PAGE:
Conscious intrusion of threat information via unconscious priming in anxiety

Wen Li*, Ken Paller, Richard E Zinbarg

*Corresponding author for this work

Research output: Contribution to journalArticlepeer-review

11 Scopus citations

Abstract

Preferential processing of threat has been implicated in the development and perpetuation of anxiety. We investigated threat processing and anxiety using a subliminal priming paradigm. People with high or low trait anxiety viewed masked, briefly presented words, and then took an exclusion-completion test in which three-letter stems were to be completed without using recently perceived words. Completion rates were greater for words viewed subliminally compared to a baseline estimate. In addition, unconscious priming was greater for threat than for neutral words in the high-trait-anxiety group, and for neutral than for threat words in the low-trait-anxiety group. Enhanced unconscious priming of threat completions among anxious individuals may model intrusions in anxiety, when unconscious processing breaks into consciousness in the form of threat-related intrusive thoughts.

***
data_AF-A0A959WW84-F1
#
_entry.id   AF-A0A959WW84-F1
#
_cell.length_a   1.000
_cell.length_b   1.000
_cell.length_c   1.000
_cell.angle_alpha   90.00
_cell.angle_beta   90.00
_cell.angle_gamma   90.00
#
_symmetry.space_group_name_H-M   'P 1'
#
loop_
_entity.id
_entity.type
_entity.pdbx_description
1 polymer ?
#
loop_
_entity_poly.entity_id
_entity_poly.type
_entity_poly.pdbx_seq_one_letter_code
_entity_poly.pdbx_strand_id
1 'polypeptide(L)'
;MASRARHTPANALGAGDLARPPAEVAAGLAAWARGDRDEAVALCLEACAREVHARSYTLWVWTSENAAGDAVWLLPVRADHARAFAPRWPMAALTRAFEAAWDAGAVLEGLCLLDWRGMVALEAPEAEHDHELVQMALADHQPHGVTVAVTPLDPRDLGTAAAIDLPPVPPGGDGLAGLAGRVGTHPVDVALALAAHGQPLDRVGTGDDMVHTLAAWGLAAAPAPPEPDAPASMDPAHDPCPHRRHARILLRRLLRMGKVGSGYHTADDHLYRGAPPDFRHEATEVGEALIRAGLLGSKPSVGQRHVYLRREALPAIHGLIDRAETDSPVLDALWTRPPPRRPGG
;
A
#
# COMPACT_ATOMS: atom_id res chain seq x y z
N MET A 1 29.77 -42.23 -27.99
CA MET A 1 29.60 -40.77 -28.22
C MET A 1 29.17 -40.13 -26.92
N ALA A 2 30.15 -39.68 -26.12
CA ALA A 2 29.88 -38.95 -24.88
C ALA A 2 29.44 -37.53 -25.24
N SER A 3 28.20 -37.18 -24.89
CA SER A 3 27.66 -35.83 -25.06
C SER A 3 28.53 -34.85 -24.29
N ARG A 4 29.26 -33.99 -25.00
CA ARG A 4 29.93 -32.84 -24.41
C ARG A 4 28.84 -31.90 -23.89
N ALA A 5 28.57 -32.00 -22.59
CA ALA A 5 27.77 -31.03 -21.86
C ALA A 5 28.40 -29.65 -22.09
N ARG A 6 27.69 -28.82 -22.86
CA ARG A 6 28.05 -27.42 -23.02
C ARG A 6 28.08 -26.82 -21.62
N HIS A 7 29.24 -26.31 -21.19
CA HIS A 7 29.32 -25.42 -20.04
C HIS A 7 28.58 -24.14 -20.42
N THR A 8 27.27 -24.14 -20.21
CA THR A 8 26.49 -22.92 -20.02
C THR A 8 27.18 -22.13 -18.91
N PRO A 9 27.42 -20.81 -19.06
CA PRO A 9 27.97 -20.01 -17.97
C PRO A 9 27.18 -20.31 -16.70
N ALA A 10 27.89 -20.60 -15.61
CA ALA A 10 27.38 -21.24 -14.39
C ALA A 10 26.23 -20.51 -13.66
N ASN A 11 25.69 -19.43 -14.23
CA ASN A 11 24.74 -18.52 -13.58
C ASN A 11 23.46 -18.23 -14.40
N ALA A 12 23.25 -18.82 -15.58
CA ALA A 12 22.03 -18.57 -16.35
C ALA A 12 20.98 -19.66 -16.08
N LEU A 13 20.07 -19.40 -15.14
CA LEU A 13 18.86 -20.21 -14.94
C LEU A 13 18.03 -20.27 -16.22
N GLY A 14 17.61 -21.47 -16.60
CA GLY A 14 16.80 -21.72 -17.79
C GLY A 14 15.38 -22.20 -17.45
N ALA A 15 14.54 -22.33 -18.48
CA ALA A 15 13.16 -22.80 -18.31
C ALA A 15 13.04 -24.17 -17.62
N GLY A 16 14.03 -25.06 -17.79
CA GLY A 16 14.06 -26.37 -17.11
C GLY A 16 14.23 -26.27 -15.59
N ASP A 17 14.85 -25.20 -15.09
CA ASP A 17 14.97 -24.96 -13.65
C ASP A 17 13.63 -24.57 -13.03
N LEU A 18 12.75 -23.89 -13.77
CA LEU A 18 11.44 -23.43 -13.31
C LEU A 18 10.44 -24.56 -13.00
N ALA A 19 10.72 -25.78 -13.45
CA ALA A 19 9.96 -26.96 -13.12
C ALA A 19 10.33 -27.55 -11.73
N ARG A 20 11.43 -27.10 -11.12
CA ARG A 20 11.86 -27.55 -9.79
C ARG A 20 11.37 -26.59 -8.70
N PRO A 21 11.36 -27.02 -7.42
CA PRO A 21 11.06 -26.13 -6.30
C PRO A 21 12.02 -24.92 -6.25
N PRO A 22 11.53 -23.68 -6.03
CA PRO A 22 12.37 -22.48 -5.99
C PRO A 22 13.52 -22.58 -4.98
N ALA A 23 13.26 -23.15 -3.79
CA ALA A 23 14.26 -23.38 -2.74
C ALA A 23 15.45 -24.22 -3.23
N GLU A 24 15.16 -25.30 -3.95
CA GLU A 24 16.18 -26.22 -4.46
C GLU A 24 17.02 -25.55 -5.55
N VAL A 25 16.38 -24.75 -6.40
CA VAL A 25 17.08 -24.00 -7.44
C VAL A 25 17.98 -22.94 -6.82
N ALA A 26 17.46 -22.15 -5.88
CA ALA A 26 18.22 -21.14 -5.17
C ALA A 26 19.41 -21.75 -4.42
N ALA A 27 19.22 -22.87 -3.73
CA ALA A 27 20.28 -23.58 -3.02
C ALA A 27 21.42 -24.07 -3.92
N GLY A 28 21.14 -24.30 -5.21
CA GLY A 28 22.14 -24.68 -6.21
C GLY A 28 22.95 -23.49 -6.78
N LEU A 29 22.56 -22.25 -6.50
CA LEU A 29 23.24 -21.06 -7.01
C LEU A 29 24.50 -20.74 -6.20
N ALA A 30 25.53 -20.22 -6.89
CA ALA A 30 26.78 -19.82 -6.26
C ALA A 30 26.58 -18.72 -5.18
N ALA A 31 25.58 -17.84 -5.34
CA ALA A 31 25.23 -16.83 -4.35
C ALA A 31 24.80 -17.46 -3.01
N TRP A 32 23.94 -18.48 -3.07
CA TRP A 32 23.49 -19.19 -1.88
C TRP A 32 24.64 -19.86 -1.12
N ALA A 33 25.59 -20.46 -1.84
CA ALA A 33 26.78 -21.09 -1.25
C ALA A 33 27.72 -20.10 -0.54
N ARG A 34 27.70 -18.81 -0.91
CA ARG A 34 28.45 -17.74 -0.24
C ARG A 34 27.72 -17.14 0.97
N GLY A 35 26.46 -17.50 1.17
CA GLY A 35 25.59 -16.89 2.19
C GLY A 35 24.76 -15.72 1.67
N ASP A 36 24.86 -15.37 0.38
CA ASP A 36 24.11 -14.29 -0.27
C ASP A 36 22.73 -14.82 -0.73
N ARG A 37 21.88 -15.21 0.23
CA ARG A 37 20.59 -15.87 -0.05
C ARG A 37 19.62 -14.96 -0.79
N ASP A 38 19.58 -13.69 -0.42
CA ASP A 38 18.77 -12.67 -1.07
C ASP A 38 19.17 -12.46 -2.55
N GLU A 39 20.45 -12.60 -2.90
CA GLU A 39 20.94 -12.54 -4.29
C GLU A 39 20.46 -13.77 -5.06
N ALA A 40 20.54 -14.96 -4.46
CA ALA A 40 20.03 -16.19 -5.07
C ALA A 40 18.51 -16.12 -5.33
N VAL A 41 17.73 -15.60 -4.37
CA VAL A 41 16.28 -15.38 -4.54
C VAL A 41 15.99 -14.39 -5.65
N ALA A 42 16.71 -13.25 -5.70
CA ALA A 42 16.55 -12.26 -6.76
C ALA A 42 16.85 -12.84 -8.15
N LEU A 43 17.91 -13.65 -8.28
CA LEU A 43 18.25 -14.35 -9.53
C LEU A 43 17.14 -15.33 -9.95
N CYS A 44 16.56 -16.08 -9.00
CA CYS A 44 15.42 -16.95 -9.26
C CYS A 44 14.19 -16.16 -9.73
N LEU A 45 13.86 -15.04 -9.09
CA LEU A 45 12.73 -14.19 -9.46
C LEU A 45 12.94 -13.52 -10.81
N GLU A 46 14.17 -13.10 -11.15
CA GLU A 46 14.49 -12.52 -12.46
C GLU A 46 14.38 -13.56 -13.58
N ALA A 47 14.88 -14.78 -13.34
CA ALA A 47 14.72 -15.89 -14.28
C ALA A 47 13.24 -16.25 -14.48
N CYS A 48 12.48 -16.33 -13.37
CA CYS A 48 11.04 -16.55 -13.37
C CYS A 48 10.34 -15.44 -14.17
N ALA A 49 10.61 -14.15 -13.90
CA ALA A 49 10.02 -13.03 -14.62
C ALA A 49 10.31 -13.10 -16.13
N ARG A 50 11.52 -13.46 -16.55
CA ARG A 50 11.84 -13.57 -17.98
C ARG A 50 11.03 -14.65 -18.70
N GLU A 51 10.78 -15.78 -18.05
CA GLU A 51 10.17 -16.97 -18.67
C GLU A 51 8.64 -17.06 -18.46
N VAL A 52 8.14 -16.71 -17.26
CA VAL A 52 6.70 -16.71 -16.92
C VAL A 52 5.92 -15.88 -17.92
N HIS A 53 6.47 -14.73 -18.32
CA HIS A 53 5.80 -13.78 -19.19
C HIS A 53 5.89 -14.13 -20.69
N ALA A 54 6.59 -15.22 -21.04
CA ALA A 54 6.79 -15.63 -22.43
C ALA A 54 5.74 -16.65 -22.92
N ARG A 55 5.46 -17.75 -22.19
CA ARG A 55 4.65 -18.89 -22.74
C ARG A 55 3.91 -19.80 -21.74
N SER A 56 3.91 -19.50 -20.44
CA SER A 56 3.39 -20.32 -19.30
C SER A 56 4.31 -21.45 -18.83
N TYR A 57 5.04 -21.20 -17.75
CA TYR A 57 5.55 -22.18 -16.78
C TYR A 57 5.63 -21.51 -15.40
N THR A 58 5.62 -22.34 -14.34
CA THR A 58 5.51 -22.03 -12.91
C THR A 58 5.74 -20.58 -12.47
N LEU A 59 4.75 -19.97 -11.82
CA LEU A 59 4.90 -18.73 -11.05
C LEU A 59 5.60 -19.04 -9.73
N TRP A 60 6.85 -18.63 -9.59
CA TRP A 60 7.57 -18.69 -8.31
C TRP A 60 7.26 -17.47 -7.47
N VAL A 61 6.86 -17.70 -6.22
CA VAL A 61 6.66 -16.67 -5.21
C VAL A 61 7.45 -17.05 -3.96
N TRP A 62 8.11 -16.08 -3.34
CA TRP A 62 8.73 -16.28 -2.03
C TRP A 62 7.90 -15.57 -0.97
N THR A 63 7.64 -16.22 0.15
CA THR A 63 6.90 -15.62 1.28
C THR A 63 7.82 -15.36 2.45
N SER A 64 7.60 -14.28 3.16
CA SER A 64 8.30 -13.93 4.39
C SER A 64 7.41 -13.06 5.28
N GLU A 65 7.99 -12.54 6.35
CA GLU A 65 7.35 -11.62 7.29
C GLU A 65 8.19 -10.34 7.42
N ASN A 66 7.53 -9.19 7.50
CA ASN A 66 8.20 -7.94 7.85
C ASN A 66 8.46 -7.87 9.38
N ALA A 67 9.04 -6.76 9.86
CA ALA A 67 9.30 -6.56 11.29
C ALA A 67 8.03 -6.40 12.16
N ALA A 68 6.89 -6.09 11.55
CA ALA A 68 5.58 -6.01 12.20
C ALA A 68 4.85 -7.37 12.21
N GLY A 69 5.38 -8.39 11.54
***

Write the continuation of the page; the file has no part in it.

Original languageEnglish (US)
Pages (from-to)44-62
Number of pages19
JournalCognition and Emotion
Volume22
Issue number1
DOIs
StatePublished - Jan 1 2008

ASJC Scopus subject areas

  • Experimental and Cognitive Psychology
  • Developmental and Educational Psychology
  • Arts and Humanities (miscellaneous)

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